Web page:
Working the 12 Steps to Recovery

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people participating in group meeting

One of the greatest parts of 12 Step recovery is the fact that it does not require people to do anything they don’t want to. Bill W., co-founder of AA said, “It must never be forgotten that the purpose of Alcoholics Anonymous is to sober up alcoholics. There is no religious or spiritual requirement for membership. No demands are made on anyone. An experience is offered which members may accept or reject. That is up to them.” I believe that this approach — the freedom of choice in their own experience — has attracted people to the program more than anything else.

I have yet to see a person show up to a 12 Step meeting for the first time, on the wings of victory, saying “Hey guys! I’m really killing it out there. Everyone in my life is so happy with me.” In fact, the opposite is usually going on. Things are not going well. People are hitting bottom. For many, meetings and fellowship seem like the last thing they want to do. It is important that current members of 12 Step remember Bill’s message and offer an experience, not an ultimatum.

When I asked my sponsor for help with my recovery, he asked me why was I asking him. I told him that I wanted what he had, and his reply was, “No, you can’t have what I have.” This put me off, so I asked him what he meant. He elaborated, “I don’t have yours to give you; I only have my own. If you want, I will show you how I got mine and that will lead you to your OWN recovery.” So, he showed me how he was taken through the 12 Steps, and in doing that, I had a spiritual experience of my own.

In the program, there is an expression: “grow or go.” It refers to the importance of growing in our recovery. If we don’t work the steps, if we don’t do what’s best for our sobriety and ourselves, then we don’t grow – we become stagnant and fall off track. Sometimes the pain addicts feel coming into recovery can return once they are abstinent, and along with it comes the temptation to use again. That thought of, “If I’m going to feel this bad anyway, I might as well get high” can lead to a relapse if we haven’t grown in our recovery.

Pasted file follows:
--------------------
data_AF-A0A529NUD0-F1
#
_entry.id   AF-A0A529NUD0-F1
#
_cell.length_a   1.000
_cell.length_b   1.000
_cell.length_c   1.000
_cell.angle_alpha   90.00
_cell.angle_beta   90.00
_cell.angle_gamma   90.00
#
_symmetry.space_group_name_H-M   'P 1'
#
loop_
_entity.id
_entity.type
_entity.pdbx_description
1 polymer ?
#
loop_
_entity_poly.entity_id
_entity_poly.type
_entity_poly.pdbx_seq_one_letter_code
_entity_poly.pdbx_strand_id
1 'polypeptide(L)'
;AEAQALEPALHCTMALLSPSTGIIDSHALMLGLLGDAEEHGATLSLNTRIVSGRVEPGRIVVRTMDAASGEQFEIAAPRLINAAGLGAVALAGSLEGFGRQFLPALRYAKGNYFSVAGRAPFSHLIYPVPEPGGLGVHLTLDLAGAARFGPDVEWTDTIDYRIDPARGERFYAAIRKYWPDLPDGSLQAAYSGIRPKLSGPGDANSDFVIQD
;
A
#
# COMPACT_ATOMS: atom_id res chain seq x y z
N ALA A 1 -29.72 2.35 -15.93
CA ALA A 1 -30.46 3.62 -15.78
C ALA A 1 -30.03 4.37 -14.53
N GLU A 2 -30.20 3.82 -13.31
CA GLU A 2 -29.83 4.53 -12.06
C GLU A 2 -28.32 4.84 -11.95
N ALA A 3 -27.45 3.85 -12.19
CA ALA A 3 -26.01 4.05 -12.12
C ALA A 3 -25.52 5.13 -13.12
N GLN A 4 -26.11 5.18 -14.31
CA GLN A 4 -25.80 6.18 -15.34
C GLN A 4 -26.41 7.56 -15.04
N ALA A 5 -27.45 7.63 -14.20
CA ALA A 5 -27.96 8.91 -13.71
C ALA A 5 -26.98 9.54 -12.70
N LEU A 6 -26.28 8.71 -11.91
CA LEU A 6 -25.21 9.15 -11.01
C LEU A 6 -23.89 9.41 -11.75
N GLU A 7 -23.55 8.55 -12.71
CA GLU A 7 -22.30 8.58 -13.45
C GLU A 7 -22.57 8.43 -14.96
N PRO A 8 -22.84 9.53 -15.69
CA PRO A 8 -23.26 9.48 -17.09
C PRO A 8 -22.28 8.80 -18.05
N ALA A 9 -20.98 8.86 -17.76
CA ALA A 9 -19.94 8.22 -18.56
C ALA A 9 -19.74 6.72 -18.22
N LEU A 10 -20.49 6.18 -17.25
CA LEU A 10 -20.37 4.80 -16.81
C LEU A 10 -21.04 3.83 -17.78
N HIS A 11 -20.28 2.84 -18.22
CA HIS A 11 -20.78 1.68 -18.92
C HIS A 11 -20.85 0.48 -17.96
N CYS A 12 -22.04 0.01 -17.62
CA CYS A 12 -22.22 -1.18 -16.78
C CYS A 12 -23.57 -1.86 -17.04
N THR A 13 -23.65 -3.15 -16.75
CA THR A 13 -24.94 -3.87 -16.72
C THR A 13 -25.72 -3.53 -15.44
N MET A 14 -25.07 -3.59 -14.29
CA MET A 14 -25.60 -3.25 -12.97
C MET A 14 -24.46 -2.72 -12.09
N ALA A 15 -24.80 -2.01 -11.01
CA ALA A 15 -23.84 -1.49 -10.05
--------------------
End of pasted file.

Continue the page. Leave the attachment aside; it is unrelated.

I was once told, “The man that was will drink again.” And it’s true. Change needs to happen within us for sobriety to last. The program works, but it is up to you. You decide when you want the change to happen, you decide when the work begins.

It is not easy to get clean, but it is well worth it. People that I’ve met over the years all say the same thing: the obsession to use was removed when they worked, lived, and applied the 12 Steps. So, don’t be afraid to take a chance, and don’t be afraid to trust another addict. Having an open mind is important.

I’ll leave you with a little something from the Big Book: “There is a principle which is a bar against all information, which is proof against all arguments and which cannot fail to keep a man in everlasting ignorance – that principle is contempt prior to investigation.” – Herbert Spencer

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